Serial killers plus 'X-Files' equals less than expected
It is a dark and stormy night. A jumpy fat man sits in a diner booth, minding his own business. Silhouetted in the front door is an oddly familiar figure, plucked out of context and shown in the most ominous light. It's Gandhi the Serial Killer! And sadly, it isn't funny.
E. Elias Merhige's last film, Shadow of the Vampire, combined two things - dry horror and weird, winking humor - in such an organic and idiosyncratic way that both halves worked better than they should have. For Suspect Zero, which is clearly aimed at a wider audience, he dispenses with the unconventional humor, revealing how shaky his horror story really is.
While the film plays out like a standard FBI procedural, it revolves around an X-Files-style premise: Ben Kingsley has been trained by the government as a "remote viewer," a sort of supernatural detective who can see crime scenes without visiting them. The Army stole this technique from the Soviets, the movie tells us, and the Bureau stole it from them. Unfortunately, the remote viewers tend to be driven crazy by all the horrible stuff they see.
"Remote viewing" is as much a boon to a director of horror movies, it seems, as it is to law enforcement: It's an excuse to indulge in contemporary clichés like the mysterious figure who leaves a gallery's worth of obsessive drawings and collages in his wake, scrawled in charcoal and accented with obscure rants. It also allows Kingsley to exercise the extreme end of his acting range; at times here - as when he sarcastically says of one particularly gruesome drawing, "This one's my FAVORITE!" - you might mistake him for Al Pacino in one of his "Wild Al" moments.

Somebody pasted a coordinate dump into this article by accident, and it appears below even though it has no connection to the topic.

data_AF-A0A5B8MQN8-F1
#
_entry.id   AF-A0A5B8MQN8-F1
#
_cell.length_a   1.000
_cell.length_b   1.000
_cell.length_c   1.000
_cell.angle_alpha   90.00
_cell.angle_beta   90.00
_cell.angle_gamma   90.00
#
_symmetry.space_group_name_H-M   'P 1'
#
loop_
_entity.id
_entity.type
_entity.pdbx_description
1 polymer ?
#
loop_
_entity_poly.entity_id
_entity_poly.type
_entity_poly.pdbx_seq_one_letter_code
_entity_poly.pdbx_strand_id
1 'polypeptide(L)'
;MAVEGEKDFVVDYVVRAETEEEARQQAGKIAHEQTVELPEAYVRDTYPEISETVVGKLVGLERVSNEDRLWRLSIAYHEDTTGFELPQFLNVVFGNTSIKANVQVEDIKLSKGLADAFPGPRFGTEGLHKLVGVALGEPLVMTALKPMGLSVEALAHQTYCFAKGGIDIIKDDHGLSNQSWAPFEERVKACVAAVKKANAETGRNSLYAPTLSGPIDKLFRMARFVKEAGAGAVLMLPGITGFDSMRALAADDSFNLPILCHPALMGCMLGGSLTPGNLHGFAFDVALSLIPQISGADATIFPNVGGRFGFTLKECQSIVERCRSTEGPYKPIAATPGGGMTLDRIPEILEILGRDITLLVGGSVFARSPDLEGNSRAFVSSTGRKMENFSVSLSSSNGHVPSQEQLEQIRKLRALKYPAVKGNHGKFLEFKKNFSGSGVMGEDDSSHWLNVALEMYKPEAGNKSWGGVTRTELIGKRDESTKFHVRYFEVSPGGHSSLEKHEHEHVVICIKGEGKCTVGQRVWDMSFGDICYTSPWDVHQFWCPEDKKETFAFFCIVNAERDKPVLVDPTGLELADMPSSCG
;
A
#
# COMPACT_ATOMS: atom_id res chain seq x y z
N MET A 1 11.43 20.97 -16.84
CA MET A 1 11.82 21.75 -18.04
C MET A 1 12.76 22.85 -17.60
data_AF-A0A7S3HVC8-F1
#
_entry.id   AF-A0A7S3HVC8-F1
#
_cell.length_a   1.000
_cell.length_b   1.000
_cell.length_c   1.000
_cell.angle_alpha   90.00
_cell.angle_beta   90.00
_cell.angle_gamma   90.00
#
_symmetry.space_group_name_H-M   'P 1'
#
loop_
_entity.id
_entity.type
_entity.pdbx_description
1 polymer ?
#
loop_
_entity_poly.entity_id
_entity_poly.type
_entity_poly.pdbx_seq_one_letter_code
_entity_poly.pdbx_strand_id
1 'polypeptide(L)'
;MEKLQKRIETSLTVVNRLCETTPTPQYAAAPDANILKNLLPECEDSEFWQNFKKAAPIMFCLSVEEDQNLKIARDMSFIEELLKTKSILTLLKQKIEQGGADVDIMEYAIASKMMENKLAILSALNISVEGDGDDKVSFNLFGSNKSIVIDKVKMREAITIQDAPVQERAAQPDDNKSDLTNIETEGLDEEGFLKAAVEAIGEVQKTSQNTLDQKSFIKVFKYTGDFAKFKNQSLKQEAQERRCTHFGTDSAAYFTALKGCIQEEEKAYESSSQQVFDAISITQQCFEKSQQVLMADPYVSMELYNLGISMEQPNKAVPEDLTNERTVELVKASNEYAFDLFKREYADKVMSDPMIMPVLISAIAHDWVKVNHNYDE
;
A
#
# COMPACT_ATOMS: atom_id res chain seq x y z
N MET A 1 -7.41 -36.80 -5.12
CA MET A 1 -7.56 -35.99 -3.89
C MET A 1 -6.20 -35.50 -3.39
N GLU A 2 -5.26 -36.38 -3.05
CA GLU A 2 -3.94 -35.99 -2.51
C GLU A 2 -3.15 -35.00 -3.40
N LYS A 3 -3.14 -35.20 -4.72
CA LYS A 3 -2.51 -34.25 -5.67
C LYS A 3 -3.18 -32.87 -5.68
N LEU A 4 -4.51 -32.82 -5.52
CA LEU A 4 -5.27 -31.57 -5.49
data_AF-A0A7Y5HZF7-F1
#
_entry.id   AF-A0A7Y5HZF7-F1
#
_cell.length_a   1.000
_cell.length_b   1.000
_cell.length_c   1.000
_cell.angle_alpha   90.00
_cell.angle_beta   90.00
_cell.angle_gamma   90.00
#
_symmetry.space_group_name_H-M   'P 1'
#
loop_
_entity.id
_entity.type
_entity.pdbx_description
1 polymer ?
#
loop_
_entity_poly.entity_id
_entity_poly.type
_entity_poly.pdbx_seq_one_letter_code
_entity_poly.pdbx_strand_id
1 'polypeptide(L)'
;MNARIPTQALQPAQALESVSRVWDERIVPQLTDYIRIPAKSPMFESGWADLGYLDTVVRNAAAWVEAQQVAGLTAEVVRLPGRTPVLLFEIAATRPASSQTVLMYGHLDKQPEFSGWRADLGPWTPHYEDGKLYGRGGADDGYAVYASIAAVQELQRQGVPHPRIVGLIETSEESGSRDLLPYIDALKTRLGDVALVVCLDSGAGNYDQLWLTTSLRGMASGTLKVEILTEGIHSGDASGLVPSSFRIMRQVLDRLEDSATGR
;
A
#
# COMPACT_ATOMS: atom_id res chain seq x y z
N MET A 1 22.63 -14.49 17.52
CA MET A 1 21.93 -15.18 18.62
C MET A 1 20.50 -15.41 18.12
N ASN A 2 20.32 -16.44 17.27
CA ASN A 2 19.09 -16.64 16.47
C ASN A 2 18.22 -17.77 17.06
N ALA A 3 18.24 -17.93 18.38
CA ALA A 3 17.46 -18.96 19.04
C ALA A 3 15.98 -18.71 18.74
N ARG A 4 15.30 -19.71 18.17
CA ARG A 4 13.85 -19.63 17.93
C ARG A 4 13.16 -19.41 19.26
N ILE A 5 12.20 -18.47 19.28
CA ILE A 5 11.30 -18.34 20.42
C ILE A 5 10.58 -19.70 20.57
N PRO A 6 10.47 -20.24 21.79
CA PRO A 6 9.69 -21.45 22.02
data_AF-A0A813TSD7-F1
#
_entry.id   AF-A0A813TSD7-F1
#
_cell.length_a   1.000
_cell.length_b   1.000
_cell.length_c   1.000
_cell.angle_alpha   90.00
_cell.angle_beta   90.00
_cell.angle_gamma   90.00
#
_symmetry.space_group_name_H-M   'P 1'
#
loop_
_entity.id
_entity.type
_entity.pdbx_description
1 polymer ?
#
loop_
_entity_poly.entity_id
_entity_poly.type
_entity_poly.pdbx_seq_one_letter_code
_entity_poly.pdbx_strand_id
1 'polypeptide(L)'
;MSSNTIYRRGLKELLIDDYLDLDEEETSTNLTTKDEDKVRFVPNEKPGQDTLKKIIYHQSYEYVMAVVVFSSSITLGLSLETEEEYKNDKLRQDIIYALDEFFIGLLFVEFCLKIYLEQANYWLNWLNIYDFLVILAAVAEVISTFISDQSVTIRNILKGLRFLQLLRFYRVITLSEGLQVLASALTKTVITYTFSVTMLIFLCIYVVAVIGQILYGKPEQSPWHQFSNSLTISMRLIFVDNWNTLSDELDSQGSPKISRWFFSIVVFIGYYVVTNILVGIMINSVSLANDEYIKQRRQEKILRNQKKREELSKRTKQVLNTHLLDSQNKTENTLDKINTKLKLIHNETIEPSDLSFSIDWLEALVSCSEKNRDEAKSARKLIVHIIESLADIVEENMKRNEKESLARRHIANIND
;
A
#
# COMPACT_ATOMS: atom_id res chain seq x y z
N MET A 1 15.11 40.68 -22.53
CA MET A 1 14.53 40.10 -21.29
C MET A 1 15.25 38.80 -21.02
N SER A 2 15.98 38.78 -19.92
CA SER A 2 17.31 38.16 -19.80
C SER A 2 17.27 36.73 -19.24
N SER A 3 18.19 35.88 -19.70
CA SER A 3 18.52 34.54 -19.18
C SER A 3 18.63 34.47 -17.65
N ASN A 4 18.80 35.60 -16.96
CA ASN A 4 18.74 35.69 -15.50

Later, Kingsley gets to reenact a story that has been told at every junior high slumber party since the dawn of junior high: It's about a guy in a car who thinks he's being followed ... but his pursuer is already in the back seat!
There is some gore, though. As Aaron Eckhart and Carrie-Anne Moss (in the Mulder and Scully roles) follow a string of killings, they turn up bodies whose eyelids have been cut off. Eckhart, who knows that the killer is sending him messages, says this means "He wants me to see through his eyes" - and he proceeds to go off the rails in a pretty predictable way, talking to himself and breaking protocol just like he did on the fumbled investigation that got him reassigned to this podunk desert town.
The bodies have a symbol cut into them, the bisected circle seen on the movie poster. Eckhart comes to see this as a zero, a hint to the killer's identity, but if he'd taken any math in his fancy federal training, he'd know it was closer to the symbol for "empty set," a term suggesting that no solutions exist.
Merhige's film eventually provides solutions, but they aren't very satisfying. Mood and style only carry a film so far, especially when it's weighted down by as many goofy genre conventions as this ambitious but underwhelming film. •
By John DeFore